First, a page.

Soul, Death, & Grace Chapter 2


While He was here, Jesus said, “But as touching the resurrection of the dead, have ye not read that which was spoken unto you by God, saying, I am the God of Abraham, and the God of Isaac, and the God of Jacob? God is not the God of the dead, but of the living” (Matt 22:31, 32).

In this statement is contained the heart of the problem we are studying. Are the dead only thought to dead, do they really live in death? Is this what Jesus was implying when He named men long dead and said God was the God of those men, and that as such He was the God of the living? Or, is there some other truth contained in Jesus’ statement?

Soul, Death, and Grace

The Body and Death: Some General Observations

One of the earliest records of resurrection from the dead is the account of Moses’ experience. Moses had faithful led the children of Israel as God had given him directions for forty years, and then on the borders of the Promised Land he sinned a great sin. Because of this God told him he would not be able to go into the Promised Land, but must die. SR, p. 173. Therefore, “Moses passed through death, but Michael came down and gave him life before his body had seen corruption. Satan tried to hold the body claiming it as his; but Michael resurrected Moses and took him to heaven. Satan railed bitterly against God, denouncing Him as unjust in permitting his prey to be taken from him; …” EW, p. 164.

The first significant element in this account to our study is the obvious importance attached to the possessing of the body of the victim after death. The concern for continual possession seems to imply that Moses would not be given life again by God while the body of Moses was in the prison house – death. This implication is supported by Satan’s railing against God for “permitting his prey to be taken from him” by the resurrection of Moses. To lose his prey in this context obviously refers to more than the loss of the body of Moses; it must refer to the fact Moses was given life again, for Moses didn’t fully become death’s prey until death put an end to his life; hence to his usefulness to God.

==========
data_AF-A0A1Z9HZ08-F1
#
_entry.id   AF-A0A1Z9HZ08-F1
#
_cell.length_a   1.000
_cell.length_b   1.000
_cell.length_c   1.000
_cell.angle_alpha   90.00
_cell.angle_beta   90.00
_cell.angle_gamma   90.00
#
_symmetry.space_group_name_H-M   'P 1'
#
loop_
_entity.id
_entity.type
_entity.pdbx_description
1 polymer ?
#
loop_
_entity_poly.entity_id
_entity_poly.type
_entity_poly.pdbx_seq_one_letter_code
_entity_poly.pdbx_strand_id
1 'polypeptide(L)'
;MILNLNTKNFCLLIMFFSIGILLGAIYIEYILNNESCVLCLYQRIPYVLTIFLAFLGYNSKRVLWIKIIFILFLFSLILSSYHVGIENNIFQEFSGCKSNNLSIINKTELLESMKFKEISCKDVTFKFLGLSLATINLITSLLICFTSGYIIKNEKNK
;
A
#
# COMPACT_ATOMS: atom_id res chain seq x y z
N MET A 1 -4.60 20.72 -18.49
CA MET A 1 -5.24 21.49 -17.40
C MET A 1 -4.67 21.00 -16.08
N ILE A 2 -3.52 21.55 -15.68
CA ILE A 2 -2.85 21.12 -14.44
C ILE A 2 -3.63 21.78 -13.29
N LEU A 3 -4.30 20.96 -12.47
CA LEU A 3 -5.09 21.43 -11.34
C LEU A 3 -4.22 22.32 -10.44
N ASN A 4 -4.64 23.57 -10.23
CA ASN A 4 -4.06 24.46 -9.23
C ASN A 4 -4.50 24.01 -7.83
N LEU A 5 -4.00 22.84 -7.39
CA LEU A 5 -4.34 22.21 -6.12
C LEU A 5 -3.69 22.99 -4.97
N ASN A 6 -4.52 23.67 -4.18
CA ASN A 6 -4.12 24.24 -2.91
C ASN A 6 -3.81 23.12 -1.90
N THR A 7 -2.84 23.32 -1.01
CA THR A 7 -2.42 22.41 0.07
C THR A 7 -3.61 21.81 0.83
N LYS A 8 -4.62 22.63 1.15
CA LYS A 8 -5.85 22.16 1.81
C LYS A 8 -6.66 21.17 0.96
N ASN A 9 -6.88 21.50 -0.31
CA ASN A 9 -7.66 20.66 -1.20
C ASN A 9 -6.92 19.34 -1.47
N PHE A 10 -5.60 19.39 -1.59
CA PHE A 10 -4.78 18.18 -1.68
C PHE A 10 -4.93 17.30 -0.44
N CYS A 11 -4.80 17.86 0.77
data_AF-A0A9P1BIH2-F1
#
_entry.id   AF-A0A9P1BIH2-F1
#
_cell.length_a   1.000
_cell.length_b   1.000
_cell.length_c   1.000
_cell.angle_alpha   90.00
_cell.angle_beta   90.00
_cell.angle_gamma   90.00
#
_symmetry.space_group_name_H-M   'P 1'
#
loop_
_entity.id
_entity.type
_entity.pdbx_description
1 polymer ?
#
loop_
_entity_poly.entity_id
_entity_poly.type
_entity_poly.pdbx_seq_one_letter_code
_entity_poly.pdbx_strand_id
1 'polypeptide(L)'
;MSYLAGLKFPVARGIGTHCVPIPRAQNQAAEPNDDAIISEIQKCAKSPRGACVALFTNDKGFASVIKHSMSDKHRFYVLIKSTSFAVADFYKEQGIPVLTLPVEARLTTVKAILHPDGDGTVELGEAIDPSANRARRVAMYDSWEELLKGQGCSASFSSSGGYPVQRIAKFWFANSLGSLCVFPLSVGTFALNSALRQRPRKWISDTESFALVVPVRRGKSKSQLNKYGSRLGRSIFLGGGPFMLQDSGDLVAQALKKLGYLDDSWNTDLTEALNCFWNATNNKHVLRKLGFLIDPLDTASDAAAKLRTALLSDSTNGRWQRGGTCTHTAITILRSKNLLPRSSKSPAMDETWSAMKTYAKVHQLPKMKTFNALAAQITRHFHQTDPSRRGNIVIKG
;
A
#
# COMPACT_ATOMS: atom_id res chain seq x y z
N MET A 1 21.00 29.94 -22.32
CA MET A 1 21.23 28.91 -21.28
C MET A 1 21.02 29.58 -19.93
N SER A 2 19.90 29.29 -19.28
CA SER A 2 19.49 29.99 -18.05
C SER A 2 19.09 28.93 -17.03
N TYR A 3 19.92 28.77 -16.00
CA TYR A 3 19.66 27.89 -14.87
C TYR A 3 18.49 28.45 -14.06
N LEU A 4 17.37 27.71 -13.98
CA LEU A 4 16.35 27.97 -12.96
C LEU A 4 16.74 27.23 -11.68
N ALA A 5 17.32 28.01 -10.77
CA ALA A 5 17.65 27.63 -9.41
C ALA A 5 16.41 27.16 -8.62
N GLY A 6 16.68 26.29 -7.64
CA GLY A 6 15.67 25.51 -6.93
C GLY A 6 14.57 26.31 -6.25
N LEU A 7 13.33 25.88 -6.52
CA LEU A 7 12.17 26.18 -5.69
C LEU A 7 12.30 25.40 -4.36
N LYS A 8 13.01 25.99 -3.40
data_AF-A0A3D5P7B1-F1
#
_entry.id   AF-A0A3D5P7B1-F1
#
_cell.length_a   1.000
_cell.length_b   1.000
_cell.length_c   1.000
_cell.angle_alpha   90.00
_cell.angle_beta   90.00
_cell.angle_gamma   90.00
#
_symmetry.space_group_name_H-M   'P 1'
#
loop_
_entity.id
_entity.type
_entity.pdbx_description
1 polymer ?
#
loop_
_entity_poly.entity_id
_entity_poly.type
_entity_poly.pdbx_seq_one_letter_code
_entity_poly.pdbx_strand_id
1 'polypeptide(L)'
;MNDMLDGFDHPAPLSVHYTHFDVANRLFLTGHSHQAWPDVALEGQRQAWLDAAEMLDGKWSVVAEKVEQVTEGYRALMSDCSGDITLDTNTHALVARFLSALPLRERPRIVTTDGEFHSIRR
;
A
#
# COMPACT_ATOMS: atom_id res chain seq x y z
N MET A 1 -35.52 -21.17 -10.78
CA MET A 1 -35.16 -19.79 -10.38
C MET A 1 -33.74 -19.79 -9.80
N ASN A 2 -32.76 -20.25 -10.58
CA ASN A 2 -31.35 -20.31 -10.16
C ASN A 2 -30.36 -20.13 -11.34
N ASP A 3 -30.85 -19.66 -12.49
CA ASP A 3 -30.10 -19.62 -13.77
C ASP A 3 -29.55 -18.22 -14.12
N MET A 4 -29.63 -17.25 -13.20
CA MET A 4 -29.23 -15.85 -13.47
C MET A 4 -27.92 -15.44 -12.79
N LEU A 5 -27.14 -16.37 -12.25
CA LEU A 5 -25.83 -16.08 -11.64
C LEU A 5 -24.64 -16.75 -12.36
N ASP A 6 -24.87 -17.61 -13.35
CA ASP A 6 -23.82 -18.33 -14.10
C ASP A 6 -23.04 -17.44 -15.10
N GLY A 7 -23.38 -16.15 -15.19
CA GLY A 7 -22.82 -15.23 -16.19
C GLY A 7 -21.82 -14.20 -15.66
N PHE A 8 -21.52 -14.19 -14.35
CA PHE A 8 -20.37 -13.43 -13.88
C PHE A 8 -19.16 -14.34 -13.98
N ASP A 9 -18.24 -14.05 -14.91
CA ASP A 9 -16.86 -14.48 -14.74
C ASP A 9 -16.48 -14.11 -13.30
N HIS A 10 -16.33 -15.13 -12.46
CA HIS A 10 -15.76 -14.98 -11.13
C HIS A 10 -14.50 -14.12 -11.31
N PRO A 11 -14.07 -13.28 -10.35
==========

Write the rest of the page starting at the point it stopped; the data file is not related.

Several implications may be drawn from this story, but one point is particularly relevant to our study. When the dead are raised to life before the body has returned to dust, the same body is given life.

This principle is clearly observable in stories of Scripture recounting the resurrection of the dead that are recorded from times after Moses’ experience. The following list will illustrate the point.

  • The Shunamite Woman’s Son Jairus’ Daughter
  • The Son of the Widow of Nain
  • Lazarus
  • Dorcas
  • The young woman who fell out of the window while Paul preached, etc.

In these accounts of resurrection the Lord made the necessary repair to the body of the deceased to give it life again.

We read of a similar encounter regarding the body of Jesus after He had been crucified and laid in the tomb.

“Had it been possible, the prince of darkness with his apostate army would have kept forever sealed the tomb that held the Son of God. But a heavenly host surrounded the sepulcher. Angels that excel in strength were guarding the tomb, and waiting to welcome the prince of life.” DA, p. 755.